Kojo and Tom Sherwood chat with D.C Council Chairman Phil Mendelson and Fairfax County Supervisor John Cook.
Guest Host: Michael Schaffer
The Washington metro region has been called “the world in a zip code” and nowhere is this description more apt than Arlington’s Columbia Pike. This historic corridor, which runs roughly between the Pentagon and Annandale, is home to more than 130 nationalities, many of whom moved into this region in the late 1970s. But like other urban neighborhoods in the region, development and housing pressures are changing “the Pike.” With an eye toward preserving the colorful complexity of this neighborhood for the history books, five area photographers spent more than a decade capturing life on the Pike. We explore this community with the chief photographer of the “Columbia Pike Documentary Project” and learn more about why the Pike typifies the changes in many American neighborhoods.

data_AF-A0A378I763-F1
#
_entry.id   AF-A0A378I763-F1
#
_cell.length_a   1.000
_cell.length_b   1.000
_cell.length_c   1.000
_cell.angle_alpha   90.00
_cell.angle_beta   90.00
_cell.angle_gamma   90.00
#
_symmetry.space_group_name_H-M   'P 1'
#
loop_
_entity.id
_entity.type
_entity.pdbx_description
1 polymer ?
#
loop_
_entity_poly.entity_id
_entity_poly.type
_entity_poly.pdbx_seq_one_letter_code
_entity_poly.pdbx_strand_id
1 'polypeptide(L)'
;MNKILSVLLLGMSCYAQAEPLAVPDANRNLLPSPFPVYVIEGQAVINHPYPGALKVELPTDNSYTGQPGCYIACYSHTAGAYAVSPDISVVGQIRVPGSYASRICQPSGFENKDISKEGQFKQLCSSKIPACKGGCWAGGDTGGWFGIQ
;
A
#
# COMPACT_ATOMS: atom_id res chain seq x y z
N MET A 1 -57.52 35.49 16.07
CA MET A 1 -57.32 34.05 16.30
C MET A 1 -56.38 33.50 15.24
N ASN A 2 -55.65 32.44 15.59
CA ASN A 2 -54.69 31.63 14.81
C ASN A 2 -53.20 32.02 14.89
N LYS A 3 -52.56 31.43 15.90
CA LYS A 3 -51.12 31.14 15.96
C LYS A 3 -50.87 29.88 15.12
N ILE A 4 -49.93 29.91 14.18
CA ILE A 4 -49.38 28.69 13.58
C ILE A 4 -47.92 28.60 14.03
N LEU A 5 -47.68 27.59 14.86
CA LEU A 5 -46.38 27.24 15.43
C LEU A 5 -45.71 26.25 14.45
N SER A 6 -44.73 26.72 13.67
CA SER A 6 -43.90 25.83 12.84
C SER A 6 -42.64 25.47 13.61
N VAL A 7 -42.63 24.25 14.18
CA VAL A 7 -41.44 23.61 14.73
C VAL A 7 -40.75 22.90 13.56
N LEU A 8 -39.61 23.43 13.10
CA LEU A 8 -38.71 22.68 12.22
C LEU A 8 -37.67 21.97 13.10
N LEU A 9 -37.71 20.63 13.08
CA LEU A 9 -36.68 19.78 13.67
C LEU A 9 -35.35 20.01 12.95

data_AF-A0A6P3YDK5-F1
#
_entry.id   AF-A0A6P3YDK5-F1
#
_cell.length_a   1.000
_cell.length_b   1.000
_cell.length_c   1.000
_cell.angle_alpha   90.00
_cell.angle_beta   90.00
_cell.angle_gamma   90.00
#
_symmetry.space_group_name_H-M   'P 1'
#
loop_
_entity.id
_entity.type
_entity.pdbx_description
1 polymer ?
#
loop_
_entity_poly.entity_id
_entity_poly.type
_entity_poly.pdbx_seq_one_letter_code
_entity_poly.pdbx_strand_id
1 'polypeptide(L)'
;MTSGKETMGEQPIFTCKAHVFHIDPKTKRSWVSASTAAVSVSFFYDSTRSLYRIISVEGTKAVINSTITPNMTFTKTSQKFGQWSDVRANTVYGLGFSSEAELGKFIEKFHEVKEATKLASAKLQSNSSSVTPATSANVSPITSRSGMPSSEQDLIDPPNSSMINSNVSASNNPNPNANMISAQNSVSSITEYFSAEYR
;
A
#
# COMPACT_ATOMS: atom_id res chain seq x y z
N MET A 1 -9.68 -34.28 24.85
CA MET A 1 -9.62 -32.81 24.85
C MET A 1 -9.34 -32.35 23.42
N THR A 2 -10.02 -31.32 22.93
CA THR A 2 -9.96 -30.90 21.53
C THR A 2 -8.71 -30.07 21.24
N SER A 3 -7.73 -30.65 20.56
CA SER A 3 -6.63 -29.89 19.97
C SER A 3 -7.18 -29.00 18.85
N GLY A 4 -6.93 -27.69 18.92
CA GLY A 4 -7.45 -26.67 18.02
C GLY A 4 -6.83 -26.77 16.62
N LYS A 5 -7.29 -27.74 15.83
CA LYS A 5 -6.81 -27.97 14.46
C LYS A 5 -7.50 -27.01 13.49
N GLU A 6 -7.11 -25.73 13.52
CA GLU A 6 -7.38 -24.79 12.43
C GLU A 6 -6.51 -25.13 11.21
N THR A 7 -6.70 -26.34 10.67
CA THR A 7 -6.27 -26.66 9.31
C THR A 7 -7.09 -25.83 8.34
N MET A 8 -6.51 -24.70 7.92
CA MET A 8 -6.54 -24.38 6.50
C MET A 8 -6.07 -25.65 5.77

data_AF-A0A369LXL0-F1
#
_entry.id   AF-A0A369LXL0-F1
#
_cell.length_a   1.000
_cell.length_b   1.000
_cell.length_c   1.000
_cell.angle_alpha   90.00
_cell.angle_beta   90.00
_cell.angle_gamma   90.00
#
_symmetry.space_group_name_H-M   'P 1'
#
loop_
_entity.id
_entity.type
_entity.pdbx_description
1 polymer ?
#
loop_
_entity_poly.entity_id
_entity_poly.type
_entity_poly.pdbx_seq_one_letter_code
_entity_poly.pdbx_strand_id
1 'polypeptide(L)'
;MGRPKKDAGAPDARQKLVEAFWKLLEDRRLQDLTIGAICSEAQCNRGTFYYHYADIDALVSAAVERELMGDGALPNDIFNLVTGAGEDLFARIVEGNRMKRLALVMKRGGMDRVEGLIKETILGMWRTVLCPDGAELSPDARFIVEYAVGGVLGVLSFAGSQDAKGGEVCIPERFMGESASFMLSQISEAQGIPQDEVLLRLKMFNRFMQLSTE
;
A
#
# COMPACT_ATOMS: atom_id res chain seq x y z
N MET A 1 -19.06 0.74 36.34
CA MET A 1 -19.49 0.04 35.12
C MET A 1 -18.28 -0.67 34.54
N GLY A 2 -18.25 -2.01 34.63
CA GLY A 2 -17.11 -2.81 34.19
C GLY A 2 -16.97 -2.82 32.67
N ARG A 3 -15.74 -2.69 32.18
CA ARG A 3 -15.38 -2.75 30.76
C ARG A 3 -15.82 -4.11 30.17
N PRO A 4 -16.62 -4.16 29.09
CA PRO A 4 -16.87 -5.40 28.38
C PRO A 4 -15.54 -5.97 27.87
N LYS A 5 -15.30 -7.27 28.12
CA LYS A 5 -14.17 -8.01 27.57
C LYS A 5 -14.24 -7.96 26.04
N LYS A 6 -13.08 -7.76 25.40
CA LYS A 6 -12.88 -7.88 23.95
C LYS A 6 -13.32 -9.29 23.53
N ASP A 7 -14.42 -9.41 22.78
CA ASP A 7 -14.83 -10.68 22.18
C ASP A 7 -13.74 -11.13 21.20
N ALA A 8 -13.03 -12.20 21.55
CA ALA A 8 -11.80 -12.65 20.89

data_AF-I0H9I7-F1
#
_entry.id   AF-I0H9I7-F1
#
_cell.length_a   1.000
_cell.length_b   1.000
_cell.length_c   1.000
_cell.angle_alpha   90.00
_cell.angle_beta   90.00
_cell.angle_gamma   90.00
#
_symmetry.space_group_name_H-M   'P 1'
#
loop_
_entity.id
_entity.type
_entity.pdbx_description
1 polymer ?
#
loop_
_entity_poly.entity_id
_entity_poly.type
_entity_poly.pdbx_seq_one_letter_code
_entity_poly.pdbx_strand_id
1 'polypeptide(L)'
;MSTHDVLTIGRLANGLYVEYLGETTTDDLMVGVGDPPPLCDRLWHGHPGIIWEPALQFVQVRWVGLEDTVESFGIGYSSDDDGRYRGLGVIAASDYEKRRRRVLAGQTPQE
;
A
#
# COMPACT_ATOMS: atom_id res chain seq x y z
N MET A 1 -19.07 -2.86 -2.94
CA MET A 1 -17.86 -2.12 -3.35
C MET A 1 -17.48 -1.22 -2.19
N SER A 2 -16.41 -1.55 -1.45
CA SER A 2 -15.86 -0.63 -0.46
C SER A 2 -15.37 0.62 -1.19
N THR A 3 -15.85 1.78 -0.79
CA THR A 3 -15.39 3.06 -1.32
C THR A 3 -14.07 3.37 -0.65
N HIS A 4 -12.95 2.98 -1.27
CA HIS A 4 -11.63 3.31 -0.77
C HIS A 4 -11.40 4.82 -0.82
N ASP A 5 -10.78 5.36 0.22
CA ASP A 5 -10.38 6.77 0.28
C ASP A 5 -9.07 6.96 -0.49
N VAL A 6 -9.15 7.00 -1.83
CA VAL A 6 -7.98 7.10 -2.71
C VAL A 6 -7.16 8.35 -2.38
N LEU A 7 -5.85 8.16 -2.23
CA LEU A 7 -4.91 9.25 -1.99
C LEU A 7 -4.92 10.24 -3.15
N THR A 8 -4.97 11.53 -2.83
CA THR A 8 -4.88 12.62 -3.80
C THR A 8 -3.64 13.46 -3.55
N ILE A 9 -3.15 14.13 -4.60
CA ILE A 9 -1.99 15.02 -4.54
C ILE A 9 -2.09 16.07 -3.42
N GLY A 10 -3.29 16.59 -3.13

- Audrey Singer Senior Fellow, Metropolitan Policy Program, Brookings Institution
- Takis Karantonis Executive Director, Columbia Pike Revitalization Organization
- Lloyd Wolf Photographer, Author, "Living Diversity: The Columbia Pike Documentary Project"
Most Recent Shows
After blocking 450 users from his public Facebook page, Maryland Governor Larry Hogan and his staff have been criticized for limiting free speech.
Howard President Dr. Wayne Frederick On The Historically-Black University’s Legacy During The Trump Era
How is the national political climate affecting the relationship between administrators and students at Howard University?
Why doesn't the Washington region feel like a college town, despite being home to more than a dozen colleges and universities? We explore why many campuses feel isolated from the city around them, and lack that college town vibe.